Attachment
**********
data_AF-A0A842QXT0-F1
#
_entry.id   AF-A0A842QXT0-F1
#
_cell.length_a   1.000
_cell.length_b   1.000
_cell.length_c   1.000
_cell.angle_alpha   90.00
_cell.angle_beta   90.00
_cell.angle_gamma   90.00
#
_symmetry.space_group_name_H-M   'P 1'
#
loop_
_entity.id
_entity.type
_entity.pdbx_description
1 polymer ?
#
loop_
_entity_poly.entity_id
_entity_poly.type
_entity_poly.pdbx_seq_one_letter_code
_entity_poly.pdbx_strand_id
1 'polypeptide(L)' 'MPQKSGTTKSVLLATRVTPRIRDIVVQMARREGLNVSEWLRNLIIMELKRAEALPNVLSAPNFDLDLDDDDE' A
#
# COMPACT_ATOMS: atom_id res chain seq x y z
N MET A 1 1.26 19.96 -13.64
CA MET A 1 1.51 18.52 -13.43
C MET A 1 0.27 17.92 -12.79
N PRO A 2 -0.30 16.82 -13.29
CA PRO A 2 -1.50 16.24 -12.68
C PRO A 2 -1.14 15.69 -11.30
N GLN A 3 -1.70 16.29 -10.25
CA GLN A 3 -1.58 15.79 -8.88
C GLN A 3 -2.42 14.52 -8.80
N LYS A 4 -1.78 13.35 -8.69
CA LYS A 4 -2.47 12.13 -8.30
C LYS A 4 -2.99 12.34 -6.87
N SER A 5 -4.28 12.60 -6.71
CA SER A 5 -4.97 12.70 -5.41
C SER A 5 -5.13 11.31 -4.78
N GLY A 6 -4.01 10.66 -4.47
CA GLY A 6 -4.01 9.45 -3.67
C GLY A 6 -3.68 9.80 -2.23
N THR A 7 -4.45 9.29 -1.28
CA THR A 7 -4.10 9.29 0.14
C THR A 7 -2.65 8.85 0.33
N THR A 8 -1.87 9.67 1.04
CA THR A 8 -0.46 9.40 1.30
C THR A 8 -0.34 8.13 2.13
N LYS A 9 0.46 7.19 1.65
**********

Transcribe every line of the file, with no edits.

data_AF-A0A842QXT0-F1
#
_entry.id   AF-A0A842QXT0-F1
#
_cell.length_a   1.000
_cell.length_b   1.000
_cell.length_c   1.000
_cell.angle_alpha   90.00
_cell.angle_beta   90.00
_cell.angle_gamma   90.00
#
_symmetry.space_group_name_H-M   'P 1'
#
loop_
_entity.id
_entity.type
_entity.pdbx_description
1 polymer ?
#
loop_
_entity_poly.entity_id
_entity_poly.type
_entity_poly.pdbx_seq_one_letter_code
_entity_poly.pdbx_strand_id
1 'polypeptide(L)' 'MPQKSGTTKSVLLATRVTPRIRDIVVQMARREGLNVSEWLRNLIIMELKRAEALPNVLSAPNFDLDLDDDDE' A
#
# COMPACT_ATOMS: atom_id res chain seq x y z
N MET A 1 1.26 19.96 -13.64
CA MET A 1 1.51 18.52 -13.43
C MET A 1 0.27 17.92 -12.79
N PRO A 2 -0.30 16.82 -13.29
CA PRO A 2 -1.50 16.24 -12.68
C PRO A 2 -1.14 15.69 -11.30
N GLN A 3 -1.70 16.29 -10.25
CA GLN A 3 -1.58 15.79 -8.88
C GLN A 3 -2.42 14.52 -8.80
N LYS A 4 -1.78 13.35 -8.69
CA LYS A 4 -2.47 12.13 -8.30
C LYS A 4 -2.99 12.34 -6.87
N SER A 5 -4.28 12.60 -6.71
CA SER A 5 -4.97 12.70 -5.41
C SER A 5 -5.13 11.31 -4.78
N GLY A 6 -4.01 10.66 -4.47
CA GLY A 6 -4.01 9.45 -3.67
C GLY A 6 -3.68 9.80 -2.23
N THR A 7 -4.45 9.29 -1.28
CA THR A 7 -4.10 9.29 0.14
C THR A 7 -2.65 8.85 0.33
N THR A 8 -1.87 9.67 1.04
CA THR A 8 -0.46 9.40 1.30
C THR A 8 -0.34 8.13 2.13
N LYS A 9 0.46 7.19 1.65